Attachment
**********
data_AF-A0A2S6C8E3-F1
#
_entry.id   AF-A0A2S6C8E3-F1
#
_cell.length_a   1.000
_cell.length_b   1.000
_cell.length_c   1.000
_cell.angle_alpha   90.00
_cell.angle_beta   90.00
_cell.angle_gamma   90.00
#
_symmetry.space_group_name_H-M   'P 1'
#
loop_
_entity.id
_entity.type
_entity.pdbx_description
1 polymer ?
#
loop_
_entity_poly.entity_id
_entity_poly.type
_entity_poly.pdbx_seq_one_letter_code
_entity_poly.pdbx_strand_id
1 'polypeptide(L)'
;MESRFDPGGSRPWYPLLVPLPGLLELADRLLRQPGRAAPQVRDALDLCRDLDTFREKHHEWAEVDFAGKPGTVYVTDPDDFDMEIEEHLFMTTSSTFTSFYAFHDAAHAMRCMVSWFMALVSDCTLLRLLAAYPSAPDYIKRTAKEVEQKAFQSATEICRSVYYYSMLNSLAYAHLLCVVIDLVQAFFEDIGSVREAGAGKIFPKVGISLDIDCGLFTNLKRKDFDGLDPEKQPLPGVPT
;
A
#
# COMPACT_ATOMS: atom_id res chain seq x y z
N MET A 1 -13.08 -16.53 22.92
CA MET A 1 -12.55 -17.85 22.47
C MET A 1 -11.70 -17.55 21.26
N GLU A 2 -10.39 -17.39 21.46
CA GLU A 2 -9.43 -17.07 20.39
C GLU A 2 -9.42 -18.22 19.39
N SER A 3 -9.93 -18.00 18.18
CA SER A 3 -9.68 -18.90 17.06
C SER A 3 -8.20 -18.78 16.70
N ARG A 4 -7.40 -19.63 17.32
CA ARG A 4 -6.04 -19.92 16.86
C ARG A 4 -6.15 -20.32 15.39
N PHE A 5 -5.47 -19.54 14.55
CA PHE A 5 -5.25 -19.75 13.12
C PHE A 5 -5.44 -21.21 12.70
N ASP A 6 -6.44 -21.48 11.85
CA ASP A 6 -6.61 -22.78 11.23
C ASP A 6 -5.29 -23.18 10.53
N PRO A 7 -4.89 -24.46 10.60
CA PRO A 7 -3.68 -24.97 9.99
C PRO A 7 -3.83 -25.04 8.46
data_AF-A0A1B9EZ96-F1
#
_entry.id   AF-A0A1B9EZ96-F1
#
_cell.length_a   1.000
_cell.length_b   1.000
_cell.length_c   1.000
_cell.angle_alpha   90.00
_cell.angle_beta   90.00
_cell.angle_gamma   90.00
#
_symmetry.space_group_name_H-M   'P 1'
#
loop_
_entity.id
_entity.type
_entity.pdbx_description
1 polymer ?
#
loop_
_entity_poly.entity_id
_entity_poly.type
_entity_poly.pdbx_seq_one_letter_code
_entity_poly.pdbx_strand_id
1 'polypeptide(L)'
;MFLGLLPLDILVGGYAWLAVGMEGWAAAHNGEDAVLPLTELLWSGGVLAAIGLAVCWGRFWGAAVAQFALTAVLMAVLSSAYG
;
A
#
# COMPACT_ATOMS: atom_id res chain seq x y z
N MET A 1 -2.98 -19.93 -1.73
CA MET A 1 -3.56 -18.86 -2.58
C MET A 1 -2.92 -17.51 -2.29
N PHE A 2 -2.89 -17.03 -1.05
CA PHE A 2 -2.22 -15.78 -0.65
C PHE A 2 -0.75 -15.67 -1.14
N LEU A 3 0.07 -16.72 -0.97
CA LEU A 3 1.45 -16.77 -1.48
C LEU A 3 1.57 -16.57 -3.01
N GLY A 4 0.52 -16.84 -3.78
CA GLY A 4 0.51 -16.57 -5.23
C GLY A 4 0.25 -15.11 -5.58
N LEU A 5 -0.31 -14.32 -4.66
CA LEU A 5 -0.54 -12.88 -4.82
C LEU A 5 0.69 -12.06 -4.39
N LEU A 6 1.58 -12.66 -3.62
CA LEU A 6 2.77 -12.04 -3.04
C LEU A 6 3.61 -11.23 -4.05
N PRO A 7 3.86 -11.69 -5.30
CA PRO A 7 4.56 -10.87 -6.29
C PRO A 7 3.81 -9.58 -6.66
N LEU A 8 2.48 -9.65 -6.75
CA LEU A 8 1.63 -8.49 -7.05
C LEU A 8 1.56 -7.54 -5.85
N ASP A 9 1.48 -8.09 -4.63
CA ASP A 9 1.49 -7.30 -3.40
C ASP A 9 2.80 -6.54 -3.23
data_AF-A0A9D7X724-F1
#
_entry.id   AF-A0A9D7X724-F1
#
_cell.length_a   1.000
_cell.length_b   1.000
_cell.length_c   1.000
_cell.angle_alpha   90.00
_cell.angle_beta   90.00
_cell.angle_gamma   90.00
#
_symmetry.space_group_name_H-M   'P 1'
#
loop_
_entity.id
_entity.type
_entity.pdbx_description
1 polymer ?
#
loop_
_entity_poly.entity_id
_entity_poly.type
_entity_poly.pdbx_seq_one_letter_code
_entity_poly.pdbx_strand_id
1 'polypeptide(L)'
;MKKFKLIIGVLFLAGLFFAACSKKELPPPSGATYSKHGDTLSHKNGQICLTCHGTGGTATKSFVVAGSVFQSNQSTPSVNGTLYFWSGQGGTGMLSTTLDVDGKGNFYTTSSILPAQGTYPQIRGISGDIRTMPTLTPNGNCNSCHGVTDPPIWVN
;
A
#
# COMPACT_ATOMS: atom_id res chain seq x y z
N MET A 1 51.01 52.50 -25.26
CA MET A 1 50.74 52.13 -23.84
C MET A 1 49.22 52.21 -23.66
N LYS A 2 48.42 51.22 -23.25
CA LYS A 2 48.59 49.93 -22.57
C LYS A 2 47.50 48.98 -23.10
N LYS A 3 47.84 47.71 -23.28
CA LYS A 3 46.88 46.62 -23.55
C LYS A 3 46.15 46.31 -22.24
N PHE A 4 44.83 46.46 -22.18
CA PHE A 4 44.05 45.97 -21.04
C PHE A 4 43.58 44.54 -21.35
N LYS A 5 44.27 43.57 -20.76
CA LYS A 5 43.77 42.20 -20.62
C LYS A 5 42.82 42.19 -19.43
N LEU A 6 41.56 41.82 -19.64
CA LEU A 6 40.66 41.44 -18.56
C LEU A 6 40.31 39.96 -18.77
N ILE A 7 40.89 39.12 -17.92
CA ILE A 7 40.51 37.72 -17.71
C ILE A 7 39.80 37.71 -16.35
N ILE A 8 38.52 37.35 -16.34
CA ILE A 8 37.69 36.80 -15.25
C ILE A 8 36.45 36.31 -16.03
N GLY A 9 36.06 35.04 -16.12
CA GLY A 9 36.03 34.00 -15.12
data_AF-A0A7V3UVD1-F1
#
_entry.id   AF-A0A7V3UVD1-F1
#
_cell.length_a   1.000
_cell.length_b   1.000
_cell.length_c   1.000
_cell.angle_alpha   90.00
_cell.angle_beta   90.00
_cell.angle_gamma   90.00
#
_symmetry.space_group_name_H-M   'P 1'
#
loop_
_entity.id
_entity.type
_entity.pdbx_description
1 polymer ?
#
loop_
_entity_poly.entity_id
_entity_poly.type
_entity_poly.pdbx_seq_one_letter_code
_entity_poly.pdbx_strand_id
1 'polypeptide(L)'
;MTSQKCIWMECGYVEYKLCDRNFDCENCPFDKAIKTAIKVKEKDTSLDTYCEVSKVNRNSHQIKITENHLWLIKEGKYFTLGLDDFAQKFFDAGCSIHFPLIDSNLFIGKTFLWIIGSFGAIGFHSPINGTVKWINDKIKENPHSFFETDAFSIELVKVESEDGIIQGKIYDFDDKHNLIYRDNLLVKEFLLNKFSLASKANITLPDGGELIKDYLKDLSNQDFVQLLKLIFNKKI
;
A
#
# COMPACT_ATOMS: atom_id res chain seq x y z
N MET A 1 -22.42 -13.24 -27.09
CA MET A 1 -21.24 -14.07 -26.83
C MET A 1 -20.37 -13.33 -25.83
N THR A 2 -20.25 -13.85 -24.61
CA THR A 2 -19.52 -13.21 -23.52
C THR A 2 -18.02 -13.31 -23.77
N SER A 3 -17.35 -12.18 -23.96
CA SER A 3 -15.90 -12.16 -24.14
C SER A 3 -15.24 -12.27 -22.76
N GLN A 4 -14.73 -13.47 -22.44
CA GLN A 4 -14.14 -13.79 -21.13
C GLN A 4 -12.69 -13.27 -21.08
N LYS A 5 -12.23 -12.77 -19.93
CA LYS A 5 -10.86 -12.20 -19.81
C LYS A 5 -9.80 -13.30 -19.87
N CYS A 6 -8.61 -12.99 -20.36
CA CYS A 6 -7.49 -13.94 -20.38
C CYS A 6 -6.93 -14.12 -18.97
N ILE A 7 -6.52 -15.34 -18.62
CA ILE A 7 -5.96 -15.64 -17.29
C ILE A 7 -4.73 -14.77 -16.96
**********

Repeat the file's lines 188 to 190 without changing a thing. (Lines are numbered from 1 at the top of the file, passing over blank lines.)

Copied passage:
_entity_poly.pdbx_strand_id
1 'polypeptide(L)'
;MTSQKCIWMECGYVEYKLCDRNFDCENCPFDKAIKTAIKVKEKDTSLDTYCEVSKVNRNSHQIKITENHLWLIKEGKYFTLGLDDFAQKFFDAGCSIHFPLIDSNLFIGKTFLWIIGSFGAIGFHSPINGTVKWINDKIKENPHSFFETDAFSIELVKVESEDGIIQGKIYDFDDKHNLIYRDNLLVKEFLLNKFSLASKANITLPDGGELIKDYLKDLSNQDFVQLLKLIFNKKI